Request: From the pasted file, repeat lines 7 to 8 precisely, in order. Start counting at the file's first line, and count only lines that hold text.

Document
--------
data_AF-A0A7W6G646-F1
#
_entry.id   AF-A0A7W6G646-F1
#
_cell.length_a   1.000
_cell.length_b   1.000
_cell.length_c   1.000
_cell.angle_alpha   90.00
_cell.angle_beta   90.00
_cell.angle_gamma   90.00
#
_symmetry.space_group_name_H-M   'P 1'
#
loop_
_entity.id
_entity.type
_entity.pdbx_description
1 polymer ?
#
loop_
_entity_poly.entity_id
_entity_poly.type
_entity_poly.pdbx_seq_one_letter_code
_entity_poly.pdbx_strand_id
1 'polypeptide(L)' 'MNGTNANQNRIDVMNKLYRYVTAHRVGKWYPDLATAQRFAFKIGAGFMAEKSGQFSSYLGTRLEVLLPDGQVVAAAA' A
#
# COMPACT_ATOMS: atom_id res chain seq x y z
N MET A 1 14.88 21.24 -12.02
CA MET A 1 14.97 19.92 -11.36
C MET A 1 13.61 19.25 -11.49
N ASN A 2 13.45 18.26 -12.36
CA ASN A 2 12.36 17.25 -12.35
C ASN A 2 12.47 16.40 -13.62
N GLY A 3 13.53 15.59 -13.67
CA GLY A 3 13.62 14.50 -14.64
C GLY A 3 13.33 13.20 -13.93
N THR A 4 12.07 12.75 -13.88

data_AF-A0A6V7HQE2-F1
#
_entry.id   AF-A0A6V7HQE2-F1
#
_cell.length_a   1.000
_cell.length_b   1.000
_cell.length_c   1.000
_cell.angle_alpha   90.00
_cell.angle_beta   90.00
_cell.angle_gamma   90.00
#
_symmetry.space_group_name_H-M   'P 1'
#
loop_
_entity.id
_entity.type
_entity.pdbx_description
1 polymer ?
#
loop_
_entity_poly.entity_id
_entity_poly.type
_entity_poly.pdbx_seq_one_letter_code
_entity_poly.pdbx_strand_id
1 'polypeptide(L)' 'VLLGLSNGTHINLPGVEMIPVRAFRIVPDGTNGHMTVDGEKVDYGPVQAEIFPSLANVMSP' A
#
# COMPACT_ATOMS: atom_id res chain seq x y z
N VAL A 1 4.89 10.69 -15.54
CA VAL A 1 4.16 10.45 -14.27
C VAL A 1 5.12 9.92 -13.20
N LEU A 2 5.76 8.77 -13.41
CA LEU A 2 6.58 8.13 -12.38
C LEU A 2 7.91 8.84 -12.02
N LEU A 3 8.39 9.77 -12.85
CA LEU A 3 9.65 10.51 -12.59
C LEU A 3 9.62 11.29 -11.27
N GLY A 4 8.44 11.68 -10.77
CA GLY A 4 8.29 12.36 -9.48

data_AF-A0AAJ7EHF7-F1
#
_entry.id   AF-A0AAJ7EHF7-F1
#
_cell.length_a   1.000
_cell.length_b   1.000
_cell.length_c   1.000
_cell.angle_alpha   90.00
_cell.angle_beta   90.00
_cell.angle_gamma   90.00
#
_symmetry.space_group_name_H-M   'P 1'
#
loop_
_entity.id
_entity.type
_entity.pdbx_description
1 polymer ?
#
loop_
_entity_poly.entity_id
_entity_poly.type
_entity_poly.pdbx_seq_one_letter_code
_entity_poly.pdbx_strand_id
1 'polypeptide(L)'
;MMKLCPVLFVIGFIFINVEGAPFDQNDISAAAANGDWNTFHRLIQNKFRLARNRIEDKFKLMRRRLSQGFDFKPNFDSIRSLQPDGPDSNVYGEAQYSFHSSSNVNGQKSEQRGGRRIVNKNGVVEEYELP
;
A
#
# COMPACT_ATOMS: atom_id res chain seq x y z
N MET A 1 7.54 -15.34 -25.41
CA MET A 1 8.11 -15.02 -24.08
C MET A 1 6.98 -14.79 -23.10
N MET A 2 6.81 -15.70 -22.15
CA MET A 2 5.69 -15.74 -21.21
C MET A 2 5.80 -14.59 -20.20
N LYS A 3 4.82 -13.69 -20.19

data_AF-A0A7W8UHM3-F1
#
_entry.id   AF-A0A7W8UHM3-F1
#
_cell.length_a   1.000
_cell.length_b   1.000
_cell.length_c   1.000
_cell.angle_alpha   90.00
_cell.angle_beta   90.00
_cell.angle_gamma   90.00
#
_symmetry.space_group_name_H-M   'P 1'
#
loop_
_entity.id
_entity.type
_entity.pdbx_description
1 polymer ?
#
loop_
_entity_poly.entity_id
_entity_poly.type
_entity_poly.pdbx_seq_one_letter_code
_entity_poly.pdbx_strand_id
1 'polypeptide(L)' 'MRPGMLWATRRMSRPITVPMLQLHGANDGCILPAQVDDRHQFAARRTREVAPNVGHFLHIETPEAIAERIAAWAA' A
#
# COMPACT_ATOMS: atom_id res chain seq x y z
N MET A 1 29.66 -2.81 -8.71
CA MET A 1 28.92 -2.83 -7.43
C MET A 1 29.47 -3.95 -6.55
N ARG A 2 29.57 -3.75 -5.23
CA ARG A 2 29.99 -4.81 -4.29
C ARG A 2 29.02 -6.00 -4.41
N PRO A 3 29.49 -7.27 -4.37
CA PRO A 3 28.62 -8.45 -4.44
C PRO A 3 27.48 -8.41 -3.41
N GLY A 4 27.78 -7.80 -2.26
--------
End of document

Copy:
_cell.length_c   1.000
_cell.angle_alpha   90.00